Referring to FIG. 4, the equivalent electrical circuit of a feedthrough similar to the subject feedthrough package is shown. This same equivalent circuit applies to any such feedthrough, including both the existing and desired feedthroughs mentioned above. Moving from left to right (with respect to both FIGS. 2 and 4):
C1 =discontinuity capacitance at the interface between lead 8 and metallization 10;
C2 =discontinuity capacitance created where metallization 10 enters the package wall 18;
C3 =discontinuity capacitance where the width of metallization 10 narrows under the package wall 18;
C4 =discontinuity capacitance as narrow line metallization 10 leaves the package wall 18;
C5 =end-effect discontinuity capacitance created at the microstrip-bond pad 24 interface;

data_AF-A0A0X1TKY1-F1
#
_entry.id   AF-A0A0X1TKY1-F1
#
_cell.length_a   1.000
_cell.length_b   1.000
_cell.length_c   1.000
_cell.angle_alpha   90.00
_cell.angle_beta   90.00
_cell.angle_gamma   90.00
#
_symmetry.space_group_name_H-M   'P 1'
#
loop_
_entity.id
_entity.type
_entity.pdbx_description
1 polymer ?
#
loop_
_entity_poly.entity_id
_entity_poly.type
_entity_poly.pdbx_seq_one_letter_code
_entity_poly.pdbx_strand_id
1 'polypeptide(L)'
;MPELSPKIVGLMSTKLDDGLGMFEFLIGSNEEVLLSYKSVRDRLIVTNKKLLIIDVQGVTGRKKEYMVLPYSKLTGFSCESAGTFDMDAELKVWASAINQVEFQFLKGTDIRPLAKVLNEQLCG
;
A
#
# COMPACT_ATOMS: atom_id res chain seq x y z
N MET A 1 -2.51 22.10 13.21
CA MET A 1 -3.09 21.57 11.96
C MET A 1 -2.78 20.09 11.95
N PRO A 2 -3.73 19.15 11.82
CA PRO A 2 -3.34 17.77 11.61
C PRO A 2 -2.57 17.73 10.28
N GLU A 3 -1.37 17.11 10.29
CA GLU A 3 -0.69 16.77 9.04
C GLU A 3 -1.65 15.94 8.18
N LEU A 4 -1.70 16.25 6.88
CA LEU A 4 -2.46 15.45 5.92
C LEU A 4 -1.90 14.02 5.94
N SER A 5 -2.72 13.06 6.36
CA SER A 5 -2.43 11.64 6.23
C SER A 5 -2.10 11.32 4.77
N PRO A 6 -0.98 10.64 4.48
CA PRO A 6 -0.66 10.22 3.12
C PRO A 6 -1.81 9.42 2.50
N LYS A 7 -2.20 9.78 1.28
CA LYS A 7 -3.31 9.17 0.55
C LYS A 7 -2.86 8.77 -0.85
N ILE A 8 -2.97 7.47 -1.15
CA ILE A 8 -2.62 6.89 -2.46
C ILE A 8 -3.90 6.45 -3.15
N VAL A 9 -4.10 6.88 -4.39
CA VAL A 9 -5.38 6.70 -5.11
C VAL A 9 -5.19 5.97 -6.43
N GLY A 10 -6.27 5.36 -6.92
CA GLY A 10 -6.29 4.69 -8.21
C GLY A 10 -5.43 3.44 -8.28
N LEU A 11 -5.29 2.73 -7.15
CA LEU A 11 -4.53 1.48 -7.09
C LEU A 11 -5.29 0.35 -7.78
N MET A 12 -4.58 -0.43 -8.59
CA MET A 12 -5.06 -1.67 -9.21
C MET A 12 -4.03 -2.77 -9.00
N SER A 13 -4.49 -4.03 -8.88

C6 =bond pad 24 capacitance;
Z1 =impedance of the lead 8 attachment area;
Z2 =impedance of the wide line section of metallization 10 under wall 18;
Z3 =impedance of the narrow-line metallization 10 under wall 18;
Z4 =impedance of the bond pad 24; and
L1 =combination of end-effect inductance and wire bond inductance.
Z2 and Z3, while shown as block impedances, are more accurately characterized by dividing them into 10 inductor/capacitor networks, since the pseudostripline cannot be treated as pure stripline, as mentioned above.
A preferred method of fabricating a desired feedthrough is to adjust the component values of the equivalent circuit using a software package, for example TOUCHSTONE®. Once the model achieves the electrical characteristics of a desired feedthrough, the actual feedthrough can be fabricated. In the instant case, the entire low-pass filter is created using conventional procedures for manufacturing IC packages, with the entire low-pass filter incorporated into the package itself. In this manner, discrete electrical components need not clutter the package, nor is it necessary to include such compensation in the IC itself.